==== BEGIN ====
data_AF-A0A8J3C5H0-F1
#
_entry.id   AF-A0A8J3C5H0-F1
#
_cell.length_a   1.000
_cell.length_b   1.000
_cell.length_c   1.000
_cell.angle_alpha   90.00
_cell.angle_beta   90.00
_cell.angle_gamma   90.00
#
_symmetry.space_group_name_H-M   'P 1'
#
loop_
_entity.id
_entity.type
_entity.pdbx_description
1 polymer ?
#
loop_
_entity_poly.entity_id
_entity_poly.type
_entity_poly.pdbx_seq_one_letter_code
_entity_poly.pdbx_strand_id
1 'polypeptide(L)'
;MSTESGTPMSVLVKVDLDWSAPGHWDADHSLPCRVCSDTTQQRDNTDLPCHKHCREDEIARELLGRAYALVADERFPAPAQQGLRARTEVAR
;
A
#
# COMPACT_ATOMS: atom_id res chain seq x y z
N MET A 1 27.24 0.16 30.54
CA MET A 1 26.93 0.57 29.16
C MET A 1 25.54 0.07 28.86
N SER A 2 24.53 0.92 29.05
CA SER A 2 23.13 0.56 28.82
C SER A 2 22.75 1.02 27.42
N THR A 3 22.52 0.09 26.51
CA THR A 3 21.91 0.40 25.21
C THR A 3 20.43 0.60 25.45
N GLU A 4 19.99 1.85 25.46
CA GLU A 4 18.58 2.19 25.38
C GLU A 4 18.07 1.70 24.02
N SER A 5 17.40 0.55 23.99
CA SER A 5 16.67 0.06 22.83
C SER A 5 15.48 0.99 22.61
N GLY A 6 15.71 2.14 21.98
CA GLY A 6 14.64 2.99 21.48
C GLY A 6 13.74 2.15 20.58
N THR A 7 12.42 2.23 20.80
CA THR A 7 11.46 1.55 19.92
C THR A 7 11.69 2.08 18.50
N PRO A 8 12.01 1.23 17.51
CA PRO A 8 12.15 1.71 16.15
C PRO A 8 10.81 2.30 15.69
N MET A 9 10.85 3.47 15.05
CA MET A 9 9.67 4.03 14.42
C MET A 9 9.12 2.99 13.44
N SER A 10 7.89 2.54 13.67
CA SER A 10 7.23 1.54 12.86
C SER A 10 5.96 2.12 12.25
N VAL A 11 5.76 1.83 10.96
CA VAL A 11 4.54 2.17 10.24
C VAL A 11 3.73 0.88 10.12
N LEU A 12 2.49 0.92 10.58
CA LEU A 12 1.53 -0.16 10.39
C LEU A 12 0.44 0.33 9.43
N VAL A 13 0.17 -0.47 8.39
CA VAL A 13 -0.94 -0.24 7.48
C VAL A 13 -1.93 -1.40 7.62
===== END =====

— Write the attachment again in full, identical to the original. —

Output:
data_AF-A0A8J3C5H0-F1
#
_entry.id   AF-A0A8J3C5H0-F1
#
_cell.length_a   1.000
_cell.length_b   1.000
_cell.length_c   1.000
_cell.angle_alpha   90.00
_cell.angle_beta   90.00
_cell.angle_gamma   90.00
#
_symmetry.space_group_name_H-M   'P 1'
#
loop_
_entity.id
_entity.type
_entity.pdbx_description
1 polymer ?
#
loop_
_entity_poly.entity_id
_entity_poly.type
_entity_poly.pdbx_seq_one_letter_code
_entity_poly.pdbx_strand_id
1 'polypeptide(L)'
;MSTESGTPMSVLVKVDLDWSAPGHWDADHSLPCRVCSDTTQQRDNTDLPCHKHCREDEIARELLGRAYALVADERFPAPAQQGLRARTEVAR
;
A
#
# COMPACT_ATOMS: atom_id res chain seq x y z
N MET A 1 27.24 0.16 30.54
CA MET A 1 26.93 0.57 29.16
C MET A 1 25.54 0.07 28.86
N SER A 2 24.53 0.92 29.05
CA SER A 2 23.13 0.56 28.82
C SER A 2 22.75 1.02 27.42
N THR A 3 22.52 0.09 26.51
CA THR A 3 21.91 0.40 25.21
C THR A 3 20.43 0.60 25.45
N GLU A 4 19.99 1.85 25.46
CA GLU A 4 18.58 2.19 25.38
C GLU A 4 18.07 1.70 24.02
N SER A 5 17.40 0.55 23.99
CA SER A 5 16.67 0.06 22.83
C SER A 5 15.48 0.99 22.61
N GLY A 6 15.71 2.14 21.98
CA GLY A 6 14.64 2.99 21.48
C GLY A 6 13.74 2.15 20.58
N THR A 7 12.42 2.23 20.80
CA THR A 7 11.46 1.55 19.92
C THR A 7 11.69 2.08 18.50
N PRO A 8 12.01 1.23 17.51
CA PRO A 8 12.15 1.71 16.15
C PRO A 8 10.81 2.30 15.69
N MET A 9 10.85 3.47 15.05
CA MET A 9 9.67 4.03 14.42
C MET A 9 9.12 2.99 13.44
N SER A 10 7.89 2.54 13.67
CA SER A 10 7.23 1.54 12.86
C SER A 10 5.96 2.12 12.25
N VAL A 11 5.76 1.83 10.96
CA VAL A 11 4.54 2.17 10.24
C VAL A 11 3.73 0.88 10.12
N LEU A 12 2.49 0.92 10.58
CA LEU A 12 1.53 -0.16 10.39
C LEU A 12 0.44 0.33 9.43
N VAL A 13 0.17 -0.47 8.39
CA VAL A 13 -0.94 -0.24 7.48
C VAL A 13 -1.93 -1.40 7.62